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Edit So the solution I posted from Jenner at VBforums was, obviously, in VB, and I used an online converter to port it to C#. Something was lost in translations, and that's why it was 10 miles off.

I'm guessing I am just misunderstanding what the algorithms at the Proj.Net discussion boards are for and that's why they weren't doing what I wanted them to.

I will close this question out in two days when I can mark my answer unless someone provides something awesome.


I am having issues converting UTM to lat and long. As an example, I have the following NAD83 UTM coordinate:

Easting: 686029.702258

Northing: 3581213.621173

zone: 15

A solution I found on vbforums a while ago gives me a point about 10 miles south of where I would expect it. A simple mathematical solution I found here, is giving me unexpected results.

double[] inverseMercator (double x, double y) {
     double lon = (x / 20037508.34) * 180;
     double lat = (y / 20037508.34) * 180;

     lat = 180/Math.PI * (2 * Math.Atan(Math.Exp(lat * Math.PI / 180)) - Math.PI / 2);
     return new double[] {lon, lat};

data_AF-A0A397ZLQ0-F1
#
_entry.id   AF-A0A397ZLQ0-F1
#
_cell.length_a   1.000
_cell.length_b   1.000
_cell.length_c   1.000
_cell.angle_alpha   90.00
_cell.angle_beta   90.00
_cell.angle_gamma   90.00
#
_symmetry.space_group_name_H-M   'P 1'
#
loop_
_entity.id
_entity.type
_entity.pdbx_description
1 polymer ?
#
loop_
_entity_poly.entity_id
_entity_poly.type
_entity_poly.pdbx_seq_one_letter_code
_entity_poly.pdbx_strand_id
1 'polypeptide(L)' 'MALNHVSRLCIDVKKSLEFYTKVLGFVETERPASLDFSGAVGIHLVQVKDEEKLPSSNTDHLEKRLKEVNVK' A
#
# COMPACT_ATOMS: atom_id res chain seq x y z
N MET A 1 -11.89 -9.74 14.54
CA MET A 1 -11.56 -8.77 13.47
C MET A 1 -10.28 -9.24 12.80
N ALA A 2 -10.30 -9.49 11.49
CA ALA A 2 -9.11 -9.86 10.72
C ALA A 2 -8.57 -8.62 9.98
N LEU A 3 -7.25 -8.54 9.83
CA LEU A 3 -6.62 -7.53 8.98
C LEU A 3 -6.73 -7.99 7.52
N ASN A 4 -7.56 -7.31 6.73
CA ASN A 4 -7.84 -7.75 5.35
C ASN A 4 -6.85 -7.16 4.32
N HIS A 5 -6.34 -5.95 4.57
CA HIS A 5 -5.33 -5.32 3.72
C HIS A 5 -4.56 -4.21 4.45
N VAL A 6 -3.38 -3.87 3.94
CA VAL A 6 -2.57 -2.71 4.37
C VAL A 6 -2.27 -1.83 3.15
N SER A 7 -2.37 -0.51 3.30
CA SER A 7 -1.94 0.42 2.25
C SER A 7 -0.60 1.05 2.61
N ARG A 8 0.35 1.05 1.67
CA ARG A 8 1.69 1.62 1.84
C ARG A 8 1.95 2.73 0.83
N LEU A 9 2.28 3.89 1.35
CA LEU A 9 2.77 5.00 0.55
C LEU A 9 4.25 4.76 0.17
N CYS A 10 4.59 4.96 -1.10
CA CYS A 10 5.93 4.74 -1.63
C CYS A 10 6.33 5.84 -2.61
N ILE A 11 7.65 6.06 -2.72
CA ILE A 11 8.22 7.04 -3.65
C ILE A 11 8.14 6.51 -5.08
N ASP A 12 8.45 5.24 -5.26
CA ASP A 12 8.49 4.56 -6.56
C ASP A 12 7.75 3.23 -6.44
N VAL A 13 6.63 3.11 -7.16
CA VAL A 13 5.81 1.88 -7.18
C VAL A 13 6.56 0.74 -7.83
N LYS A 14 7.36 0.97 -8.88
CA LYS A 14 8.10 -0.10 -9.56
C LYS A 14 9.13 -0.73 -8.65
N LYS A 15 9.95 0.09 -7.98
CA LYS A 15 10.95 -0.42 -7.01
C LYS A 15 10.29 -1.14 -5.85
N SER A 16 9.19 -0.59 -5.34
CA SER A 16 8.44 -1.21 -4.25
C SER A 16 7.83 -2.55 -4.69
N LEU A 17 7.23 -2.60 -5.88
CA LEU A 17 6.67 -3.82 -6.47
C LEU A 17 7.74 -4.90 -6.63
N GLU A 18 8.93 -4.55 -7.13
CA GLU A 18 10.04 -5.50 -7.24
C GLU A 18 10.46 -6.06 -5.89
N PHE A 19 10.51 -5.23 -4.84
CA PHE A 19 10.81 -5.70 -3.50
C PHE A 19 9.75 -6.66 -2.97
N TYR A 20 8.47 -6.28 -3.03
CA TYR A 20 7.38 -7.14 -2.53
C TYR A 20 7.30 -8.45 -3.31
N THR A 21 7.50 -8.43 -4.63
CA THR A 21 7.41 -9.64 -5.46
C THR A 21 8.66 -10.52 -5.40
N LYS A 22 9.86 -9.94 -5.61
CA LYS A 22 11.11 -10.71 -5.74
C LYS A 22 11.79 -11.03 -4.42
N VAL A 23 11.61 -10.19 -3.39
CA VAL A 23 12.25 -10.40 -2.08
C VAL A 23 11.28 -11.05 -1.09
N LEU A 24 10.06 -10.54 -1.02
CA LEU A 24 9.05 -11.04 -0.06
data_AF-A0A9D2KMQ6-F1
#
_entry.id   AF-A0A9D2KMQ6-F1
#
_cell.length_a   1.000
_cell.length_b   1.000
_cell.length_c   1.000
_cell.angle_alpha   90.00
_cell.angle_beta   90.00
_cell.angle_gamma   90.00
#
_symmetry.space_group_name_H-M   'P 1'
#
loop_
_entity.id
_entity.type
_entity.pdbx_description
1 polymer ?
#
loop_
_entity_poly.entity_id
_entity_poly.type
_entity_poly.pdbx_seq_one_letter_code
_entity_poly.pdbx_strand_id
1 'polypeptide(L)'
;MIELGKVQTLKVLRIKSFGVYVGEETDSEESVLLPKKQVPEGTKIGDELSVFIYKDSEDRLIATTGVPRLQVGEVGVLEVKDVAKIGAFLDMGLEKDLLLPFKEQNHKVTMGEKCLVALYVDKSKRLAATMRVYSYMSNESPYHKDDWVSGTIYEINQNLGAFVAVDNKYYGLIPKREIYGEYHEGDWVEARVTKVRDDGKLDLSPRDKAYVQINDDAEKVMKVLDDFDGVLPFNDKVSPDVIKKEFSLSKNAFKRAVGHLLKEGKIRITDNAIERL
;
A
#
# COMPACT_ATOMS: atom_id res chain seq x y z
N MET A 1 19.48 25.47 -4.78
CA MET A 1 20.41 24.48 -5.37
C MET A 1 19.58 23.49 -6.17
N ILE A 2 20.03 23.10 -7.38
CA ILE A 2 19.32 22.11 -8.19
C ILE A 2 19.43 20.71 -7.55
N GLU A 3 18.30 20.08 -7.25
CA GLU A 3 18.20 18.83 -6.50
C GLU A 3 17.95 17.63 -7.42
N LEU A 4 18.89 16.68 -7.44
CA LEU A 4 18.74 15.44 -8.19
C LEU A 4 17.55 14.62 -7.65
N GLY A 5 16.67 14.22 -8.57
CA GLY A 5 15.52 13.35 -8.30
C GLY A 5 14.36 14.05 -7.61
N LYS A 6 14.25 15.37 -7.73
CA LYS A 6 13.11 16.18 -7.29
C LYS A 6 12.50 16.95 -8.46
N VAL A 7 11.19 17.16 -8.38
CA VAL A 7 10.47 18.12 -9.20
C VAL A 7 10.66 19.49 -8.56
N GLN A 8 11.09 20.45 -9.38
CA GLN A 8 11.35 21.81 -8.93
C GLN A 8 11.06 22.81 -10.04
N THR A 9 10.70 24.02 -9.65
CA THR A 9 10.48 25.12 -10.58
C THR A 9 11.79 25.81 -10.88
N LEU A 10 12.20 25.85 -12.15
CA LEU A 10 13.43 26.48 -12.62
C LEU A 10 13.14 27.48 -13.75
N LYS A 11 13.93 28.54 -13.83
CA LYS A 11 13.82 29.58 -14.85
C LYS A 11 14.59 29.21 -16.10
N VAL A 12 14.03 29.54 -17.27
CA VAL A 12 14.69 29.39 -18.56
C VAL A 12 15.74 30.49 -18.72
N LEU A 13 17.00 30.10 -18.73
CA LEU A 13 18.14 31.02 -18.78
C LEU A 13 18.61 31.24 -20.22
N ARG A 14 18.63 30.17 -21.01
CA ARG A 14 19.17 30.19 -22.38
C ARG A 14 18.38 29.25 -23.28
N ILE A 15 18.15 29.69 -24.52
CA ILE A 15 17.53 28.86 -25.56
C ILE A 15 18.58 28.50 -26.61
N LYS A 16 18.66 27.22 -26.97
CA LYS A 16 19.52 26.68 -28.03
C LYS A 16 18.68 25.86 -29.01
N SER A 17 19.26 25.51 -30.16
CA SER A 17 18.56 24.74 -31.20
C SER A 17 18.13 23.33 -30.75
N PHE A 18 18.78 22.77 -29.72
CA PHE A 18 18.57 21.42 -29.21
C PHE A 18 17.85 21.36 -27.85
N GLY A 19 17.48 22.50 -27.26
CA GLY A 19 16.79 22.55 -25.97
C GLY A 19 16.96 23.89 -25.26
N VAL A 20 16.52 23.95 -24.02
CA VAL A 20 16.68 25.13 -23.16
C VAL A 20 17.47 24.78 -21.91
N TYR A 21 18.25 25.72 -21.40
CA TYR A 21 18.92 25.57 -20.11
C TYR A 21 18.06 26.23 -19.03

}
double[] toPoint = inverseMercator (686029.702258, 3581213.621173);

I get the following result:

lat: 30.602349476368449

long: 6.1627096689832594

I get similar results using the Proj.Net solution provided by D_Guidi in the same thread.

Using an online converter, I was able to get something closer to what I am expecting:

lat: 32.35238307052292

long: -91.0230710652583

Can anyone shed any light on what I am doing wrong?

Edit - would prefer .NET solutions or something that would be easily convertible

Related thread

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2 Answers

Have you tried the cs2cs binary contained in "proj" (projection, http://trac.osgeo.org/proj/)? I believe that will do an accurate job converting UTM to easting/northing and lat/lon. The trouble is simple math formula do not accurately, enough, account for the shape of the earth.

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I'll check it out - I should have specified originally that it's a .NET project, but I'll see if I can make this work –  dtryan Feb 22 '12 at 14:03
    
I believe proj can be compiled for Windows. It's easy enough to call out to it as an external executable, though a little clunky. Good luck. –  James Andres Feb 22 '12 at 19:42
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up vote 0 down vote accepted

So the solution I posted from Jenner at VBforums was, obviously, in VB, and I used an online converter to port it to C#. Something was lost in translations, and that's why it was 10 miles off.

I'm guessing I am just misunderstanding what the algorithms at the Proj.Net discussion boards are for and that's why they weren't doing what I wanted them to.

share|improve this answer
add comment

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